Pressure is what separates an espresso from other brewing methods. It’s this pressure that allows us to brew a concentrated shot of coffee in 25 seconds. It also gives us the syrupy texture and foamy crema that we love. But the exact amount of brewing pressure needed can be confusing.
So, how many bars of pressure for espresso? Well, as a minimum you need 9 bars of pressure for brewing espresso. While an espresso machine may boast 15, 18, or even 20 bars of pressure, much of this is lost between the pump and the brew head. The “Italian Espresso” refers to the coffee from a Bialetti Moka pot which only brews with 1 bar of pressure.
There’s quite a lot to this, including what on Earth a “bar” is in the first place. So read on, as we explain everything pressure related and how it can help you pull a good espresso shot:
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1 bar is the atmospheric air pressure at sea level. In simpler terms, it’s the weight of the air pressing down on you. If you go 10m (33 feet) underwater, you’ll be at 2 bar.
If you want to experience the same 9 bar pressure as the coffee grounds in your espresso machine, you’d need to go 80m (260 feet) underwater.
It may be easier to understand if we convert to PSI. If you drive, you might have come across PSI (pounds-force per square inch) in your tire pressures. Maybe 30-35 PSI is the correct pressure on your car. Well, espresso is extracted at 130 PSI.
Pulling espresso is a balancing act between the weight of coffee grounds, grind size, water temperature, brew ratio, pressure level, and brew time. So, there’s a lot going on inside your home espresso machines.
Getting a perfect 1oz espresso shot requires all of these things to be in harmony. When it is, you extract all the flavors you want from your favorite espresso coffee beans and none of the undesirable flavors.
Using a super-automatic espresso machine takes care of this calculation for you. But, if you prefer manual espresso machines, all of these factors have to be controlled by you each time. So it will take more time, practice, and skill to pull a great-tasting espresso.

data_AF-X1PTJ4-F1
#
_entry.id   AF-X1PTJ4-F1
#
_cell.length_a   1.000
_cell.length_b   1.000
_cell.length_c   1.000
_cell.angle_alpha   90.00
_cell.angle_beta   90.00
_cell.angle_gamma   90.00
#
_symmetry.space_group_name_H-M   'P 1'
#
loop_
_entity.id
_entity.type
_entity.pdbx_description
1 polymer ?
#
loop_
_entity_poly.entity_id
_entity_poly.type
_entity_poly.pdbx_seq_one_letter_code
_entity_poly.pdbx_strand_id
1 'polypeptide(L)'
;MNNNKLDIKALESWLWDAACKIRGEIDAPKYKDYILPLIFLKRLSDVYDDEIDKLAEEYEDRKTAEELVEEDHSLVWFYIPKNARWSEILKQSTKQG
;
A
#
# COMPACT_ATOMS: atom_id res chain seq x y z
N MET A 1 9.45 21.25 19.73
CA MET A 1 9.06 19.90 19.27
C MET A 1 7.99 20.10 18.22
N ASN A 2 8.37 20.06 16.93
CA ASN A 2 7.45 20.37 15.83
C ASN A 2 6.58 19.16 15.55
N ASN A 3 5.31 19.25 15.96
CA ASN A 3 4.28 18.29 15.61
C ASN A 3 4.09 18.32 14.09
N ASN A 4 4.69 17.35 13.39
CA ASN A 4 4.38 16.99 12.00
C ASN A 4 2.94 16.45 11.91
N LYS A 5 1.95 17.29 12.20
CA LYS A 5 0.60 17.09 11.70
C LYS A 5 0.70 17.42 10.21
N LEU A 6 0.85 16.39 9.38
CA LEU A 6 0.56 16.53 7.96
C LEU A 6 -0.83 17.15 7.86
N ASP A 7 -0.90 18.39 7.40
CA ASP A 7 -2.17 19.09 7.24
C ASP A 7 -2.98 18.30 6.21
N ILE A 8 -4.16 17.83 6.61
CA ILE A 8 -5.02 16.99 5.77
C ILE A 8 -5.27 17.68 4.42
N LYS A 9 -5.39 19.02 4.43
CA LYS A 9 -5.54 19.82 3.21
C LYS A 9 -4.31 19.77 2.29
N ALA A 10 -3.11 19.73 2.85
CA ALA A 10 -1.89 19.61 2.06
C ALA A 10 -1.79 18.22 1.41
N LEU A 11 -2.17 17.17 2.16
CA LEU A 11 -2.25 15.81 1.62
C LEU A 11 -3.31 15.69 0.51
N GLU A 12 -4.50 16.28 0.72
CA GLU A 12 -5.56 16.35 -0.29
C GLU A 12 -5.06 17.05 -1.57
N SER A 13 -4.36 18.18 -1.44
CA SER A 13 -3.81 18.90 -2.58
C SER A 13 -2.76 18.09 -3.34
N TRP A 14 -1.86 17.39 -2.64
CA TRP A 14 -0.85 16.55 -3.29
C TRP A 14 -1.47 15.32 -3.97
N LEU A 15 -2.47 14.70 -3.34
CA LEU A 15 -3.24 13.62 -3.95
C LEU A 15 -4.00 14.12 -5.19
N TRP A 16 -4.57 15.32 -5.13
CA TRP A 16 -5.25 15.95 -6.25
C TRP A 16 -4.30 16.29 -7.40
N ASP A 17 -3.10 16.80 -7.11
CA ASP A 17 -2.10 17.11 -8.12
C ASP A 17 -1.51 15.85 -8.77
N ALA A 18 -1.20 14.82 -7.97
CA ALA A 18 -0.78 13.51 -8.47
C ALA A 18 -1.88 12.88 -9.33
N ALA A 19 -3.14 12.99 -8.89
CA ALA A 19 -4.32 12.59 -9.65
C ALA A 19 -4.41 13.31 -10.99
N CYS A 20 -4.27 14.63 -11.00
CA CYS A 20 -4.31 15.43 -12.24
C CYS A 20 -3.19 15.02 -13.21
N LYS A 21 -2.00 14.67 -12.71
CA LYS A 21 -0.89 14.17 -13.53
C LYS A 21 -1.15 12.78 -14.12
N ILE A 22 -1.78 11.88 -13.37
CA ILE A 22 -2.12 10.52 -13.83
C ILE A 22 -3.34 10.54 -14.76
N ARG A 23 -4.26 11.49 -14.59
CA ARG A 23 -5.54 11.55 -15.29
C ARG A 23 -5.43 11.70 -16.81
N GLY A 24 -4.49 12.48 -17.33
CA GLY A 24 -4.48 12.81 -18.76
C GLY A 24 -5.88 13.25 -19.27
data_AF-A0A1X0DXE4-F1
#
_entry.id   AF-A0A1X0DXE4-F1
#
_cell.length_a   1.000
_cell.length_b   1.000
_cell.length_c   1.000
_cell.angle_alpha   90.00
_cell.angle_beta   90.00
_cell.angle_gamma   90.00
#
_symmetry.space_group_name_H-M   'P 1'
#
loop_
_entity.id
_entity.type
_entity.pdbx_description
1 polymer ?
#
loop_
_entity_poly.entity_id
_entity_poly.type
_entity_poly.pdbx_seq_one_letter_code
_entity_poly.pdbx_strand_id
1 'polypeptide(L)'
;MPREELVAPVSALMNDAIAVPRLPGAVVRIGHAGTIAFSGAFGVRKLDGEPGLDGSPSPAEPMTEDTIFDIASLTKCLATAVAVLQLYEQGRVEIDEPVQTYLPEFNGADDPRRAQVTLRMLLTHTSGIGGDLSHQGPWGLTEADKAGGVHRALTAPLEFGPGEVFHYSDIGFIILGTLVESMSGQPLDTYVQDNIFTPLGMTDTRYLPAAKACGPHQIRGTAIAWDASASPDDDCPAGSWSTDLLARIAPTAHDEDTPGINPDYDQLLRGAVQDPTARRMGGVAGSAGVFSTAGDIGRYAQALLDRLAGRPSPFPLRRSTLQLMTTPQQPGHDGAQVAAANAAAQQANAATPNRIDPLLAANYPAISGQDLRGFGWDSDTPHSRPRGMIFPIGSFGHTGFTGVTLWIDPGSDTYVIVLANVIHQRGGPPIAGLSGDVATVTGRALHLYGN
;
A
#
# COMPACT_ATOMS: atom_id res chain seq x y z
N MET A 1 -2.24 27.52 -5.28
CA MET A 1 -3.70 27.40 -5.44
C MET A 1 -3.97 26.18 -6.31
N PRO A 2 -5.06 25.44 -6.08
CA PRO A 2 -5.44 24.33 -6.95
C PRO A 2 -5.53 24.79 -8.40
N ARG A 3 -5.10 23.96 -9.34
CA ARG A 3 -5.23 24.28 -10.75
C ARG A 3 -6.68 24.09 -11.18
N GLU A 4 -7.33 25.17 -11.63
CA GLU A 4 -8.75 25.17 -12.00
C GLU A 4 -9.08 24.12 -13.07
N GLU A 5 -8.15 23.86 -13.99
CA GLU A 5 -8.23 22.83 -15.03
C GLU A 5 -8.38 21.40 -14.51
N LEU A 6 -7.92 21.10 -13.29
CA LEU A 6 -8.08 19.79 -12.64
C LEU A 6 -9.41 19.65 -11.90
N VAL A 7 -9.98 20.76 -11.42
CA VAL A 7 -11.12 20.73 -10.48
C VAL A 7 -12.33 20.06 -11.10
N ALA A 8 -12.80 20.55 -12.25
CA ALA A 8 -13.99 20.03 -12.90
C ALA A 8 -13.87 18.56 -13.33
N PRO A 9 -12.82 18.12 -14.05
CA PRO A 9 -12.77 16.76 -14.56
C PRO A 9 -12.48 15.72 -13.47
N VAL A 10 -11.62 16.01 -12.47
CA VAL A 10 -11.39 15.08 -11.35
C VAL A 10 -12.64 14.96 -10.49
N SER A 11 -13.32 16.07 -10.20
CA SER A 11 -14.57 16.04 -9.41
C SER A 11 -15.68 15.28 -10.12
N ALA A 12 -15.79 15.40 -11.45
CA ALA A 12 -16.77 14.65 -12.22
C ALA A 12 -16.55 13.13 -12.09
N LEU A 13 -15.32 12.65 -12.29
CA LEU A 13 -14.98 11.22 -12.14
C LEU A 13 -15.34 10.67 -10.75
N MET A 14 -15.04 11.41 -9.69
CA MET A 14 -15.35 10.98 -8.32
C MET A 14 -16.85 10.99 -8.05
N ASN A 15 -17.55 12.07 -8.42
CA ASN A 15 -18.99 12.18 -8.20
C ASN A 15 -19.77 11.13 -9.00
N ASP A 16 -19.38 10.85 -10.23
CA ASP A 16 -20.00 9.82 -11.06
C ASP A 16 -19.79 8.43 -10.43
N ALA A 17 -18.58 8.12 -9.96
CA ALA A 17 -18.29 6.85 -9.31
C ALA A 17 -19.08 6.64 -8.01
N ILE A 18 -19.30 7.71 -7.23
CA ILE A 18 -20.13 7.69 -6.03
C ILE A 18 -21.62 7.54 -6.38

While the espresso Gods don’t all agree on one exact recipe, the general consensus is that a coffee-to-water ratio of 1:2, brewed at 200°F with 9 bar pressure for 20 to 25 seconds will pull the perfect espresso.
So all of these elements can be altered to your preference. But that is the baseline for pulling great espresso shots.
Both the Moka pot and AeroPress use pressure to quickly brew coffee with a more intense flavor than non-pressurized methods. These both only reach around 1.5 bar of pressure though, nowhere near what an espresso machine produces. Although this is pretty on par with the original espresso machines of the early 1900s.
Moka pot coffee is often referred to as “Italian espresso” rather than “true espresso.” It was invented in the 1930s in Italy to bring quick, simple “espresso” to the masses. At the time, the 1-2 bar pressure was the best around, and even today with the invention of modern espresso machines, it remains widely popular the world over.
The Bialetti Moka pot brews an incredible cup of joe in its own right but, compared to an espresso shot, it doesn’t have the same strength, depth, or body. However, when comparing the Moka pot to the French press‘ immersion brewing or to a drip coffee maker, the resultant brew is much richer and more syrupy.
Then there’s the AeroPress: a simple style of coffee maker that has taken the coffee world by storm.